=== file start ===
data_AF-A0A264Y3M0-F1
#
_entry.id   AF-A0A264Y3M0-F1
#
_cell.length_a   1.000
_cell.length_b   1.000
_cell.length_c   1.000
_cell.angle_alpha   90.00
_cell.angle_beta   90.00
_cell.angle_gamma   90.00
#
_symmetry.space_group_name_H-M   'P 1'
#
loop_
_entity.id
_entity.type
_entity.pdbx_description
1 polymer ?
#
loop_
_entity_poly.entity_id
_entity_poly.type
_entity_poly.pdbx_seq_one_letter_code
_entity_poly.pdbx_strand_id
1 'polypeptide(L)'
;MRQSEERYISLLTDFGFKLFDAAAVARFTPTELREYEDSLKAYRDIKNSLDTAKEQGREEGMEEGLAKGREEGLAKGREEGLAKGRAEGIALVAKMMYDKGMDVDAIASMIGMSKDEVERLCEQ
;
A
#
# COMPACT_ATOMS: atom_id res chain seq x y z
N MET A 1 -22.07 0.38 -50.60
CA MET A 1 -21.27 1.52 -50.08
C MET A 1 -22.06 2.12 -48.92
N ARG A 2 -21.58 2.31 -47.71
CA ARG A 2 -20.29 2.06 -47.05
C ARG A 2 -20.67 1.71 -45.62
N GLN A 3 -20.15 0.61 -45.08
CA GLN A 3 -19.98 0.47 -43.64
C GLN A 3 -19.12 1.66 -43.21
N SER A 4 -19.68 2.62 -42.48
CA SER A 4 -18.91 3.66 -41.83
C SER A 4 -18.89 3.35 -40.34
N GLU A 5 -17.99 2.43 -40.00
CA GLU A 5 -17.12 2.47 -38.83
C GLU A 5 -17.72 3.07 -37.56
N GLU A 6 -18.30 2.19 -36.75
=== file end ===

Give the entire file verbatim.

data_AF-A0A264Y3M0-F1
#
_entry.id   AF-A0A264Y3M0-F1
#
_cell.length_a   1.000
_cell.length_b   1.000
_cell.length_c   1.000
_cell.angle_alpha   90.00
_cell.angle_beta   90.00
_cell.angle_gamma   90.00
#
_symmetry.space_group_name_H-M   'P 1'
#
loop_
_entity.id
_entity.type
_entity.pdbx_description
1 polymer ?
#
loop_
_entity_poly.entity_id
_entity_poly.type
_entity_poly.pdbx_seq_one_letter_code
_entity_poly.pdbx_strand_id
1 'polypeptide(L)'
;MRQSEERYISLLTDFGFKLFDAAAVARFTPTELREYEDSLKAYRDIKNSLDTAKEQGREEGMEEGLAKGREEGLAKGREEGLAKGRAEGIALVAKMMYDKGMDVDAIASMIGMSKDEVERLCEQ
;
A
#
# COMPACT_ATOMS: atom_id res chain seq x y z
N MET A 1 -22.07 0.38 -50.60
CA MET A 1 -21.27 1.52 -50.08
C MET A 1 -22.06 2.12 -48.92
N ARG A 2 -21.58 2.31 -47.71
CA ARG A 2 -20.29 2.06 -47.05
C ARG A 2 -20.67 1.71 -45.62
N GLN A 3 -20.15 0.61 -45.08
CA GLN A 3 -19.98 0.47 -43.64
C GLN A 3 -19.12 1.66 -43.21
N SER A 4 -19.68 2.62 -42.48
CA SER A 4 -18.91 3.66 -41.83
C SER A 4 -18.89 3.35 -40.34
N GLU A 5 -17.99 2.43 -40.00
CA GLU A 5 -17.12 2.47 -38.83
C GLU A 5 -17.72 3.07 -37.56
N GLU A 6 -18.30 2.19 -36.75